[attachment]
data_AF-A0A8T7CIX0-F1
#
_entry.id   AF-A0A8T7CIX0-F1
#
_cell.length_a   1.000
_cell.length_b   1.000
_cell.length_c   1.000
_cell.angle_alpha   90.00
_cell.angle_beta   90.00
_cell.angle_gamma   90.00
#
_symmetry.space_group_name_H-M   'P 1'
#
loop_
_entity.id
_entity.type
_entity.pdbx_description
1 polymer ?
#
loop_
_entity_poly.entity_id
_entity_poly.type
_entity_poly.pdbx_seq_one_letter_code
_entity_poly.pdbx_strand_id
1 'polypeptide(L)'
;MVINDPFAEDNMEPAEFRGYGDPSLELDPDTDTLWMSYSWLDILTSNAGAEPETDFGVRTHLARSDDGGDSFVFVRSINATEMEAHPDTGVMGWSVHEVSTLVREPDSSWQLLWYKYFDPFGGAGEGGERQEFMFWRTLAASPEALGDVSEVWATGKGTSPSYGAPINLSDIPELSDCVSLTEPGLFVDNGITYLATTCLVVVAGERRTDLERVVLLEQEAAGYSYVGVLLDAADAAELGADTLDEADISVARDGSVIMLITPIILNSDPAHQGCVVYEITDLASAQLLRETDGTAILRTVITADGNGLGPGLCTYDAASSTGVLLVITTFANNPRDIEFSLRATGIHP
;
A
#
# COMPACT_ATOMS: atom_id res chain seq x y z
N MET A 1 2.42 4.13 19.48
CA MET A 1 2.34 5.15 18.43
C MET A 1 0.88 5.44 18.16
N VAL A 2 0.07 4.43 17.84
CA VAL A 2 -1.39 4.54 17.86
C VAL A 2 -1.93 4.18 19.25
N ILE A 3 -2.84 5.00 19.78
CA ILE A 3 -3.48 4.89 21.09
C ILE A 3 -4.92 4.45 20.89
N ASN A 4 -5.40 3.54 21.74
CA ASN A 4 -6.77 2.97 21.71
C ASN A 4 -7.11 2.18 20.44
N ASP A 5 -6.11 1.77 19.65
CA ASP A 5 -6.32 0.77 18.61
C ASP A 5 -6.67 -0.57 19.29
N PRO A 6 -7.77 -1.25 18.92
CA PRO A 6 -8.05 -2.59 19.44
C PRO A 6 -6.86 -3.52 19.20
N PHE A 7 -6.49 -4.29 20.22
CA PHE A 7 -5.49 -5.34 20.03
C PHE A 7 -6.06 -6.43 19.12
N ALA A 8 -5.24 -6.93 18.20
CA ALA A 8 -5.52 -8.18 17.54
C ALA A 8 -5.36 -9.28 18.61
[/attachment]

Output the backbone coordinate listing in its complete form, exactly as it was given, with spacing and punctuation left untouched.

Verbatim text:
data_AF-A0A8T7CIX0-F1
#
_entry.id   AF-A0A8T7CIX0-F1
#
_cell.length_a   1.000
_cell.length_b   1.000
_cell.length_c   1.000
_cell.angle_alpha   90.00
_cell.angle_beta   90.00
_cell.angle_gamma   90.00
#
_symmetry.space_group_name_H-M   'P 1'
#
loop_
_entity.id
_entity.type
_entity.pdbx_description
1 polymer ?
#
loop_
_entity_poly.entity_id
_entity_poly.type
_entity_poly.pdbx_seq_one_letter_code
_entity_poly.pdbx_strand_id
1 'polypeptide(L)'
;MVINDPFAEDNMEPAEFRGYGDPSLELDPDTDTLWMSYSWLDILTSNAGAEPETDFGVRTHLARSDDGGDSFVFVRSINATEMEAHPDTGVMGWSVHEVSTLVREPDSSWQLLWYKYFDPFGGAGEGGERQEFMFWRTLAASPEALGDVSEVWATGKGTSPSYGAPINLSDIPELSDCVSLTEPGLFVDNGITYLATTCLVVVAGERRTDLERVVLLEQEAAGYSYVGVLLDAADAAELGADTLDEADISVARDGSVIMLITPIILNSDPAHQGCVVYEITDLASAQLLRETDGTAILRTVITADGNGLGPGLCTYDAASSTGVLLVITTFANNPRDIEFSLRATGIHP
;
A
#
# COMPACT_ATOMS: atom_id res chain seq x y z
N MET A 1 2.42 4.13 19.48
CA MET A 1 2.34 5.15 18.43
C MET A 1 0.88 5.44 18.16
N VAL A 2 0.07 4.43 17.84
CA VAL A 2 -1.39 4.54 17.86
C VAL A 2 -1.93 4.18 19.25
N ILE A 3 -2.84 5.00 19.78
CA ILE A 3 -3.48 4.89 21.09
C ILE A 3 -4.92 4.45 20.89
N ASN A 4 -5.40 3.54 21.74
CA ASN A 4 -6.77 2.97 21.71
C ASN A 4 -7.11 2.18 20.44
N ASP A 5 -6.11 1.77 19.65
CA ASP A 5 -6.32 0.77 18.61
C ASP A 5 -6.67 -0.57 19.29
N PRO A 6 -7.77 -1.25 18.92
CA PRO A 6 -8.05 -2.59 19.44
C PRO A 6 -6.86 -3.52 19.20
N PHE A 7 -6.49 -4.29 20.22
CA PHE A 7 -5.49 -5.34 20.03
C PHE A 7 -6.06 -6.43 19.12
N ALA A 8 -5.24 -6.93 18.20
CA ALA A 8 -5.52 -8.18 17.54
C ALA A 8 -5.36 -9.28 18.61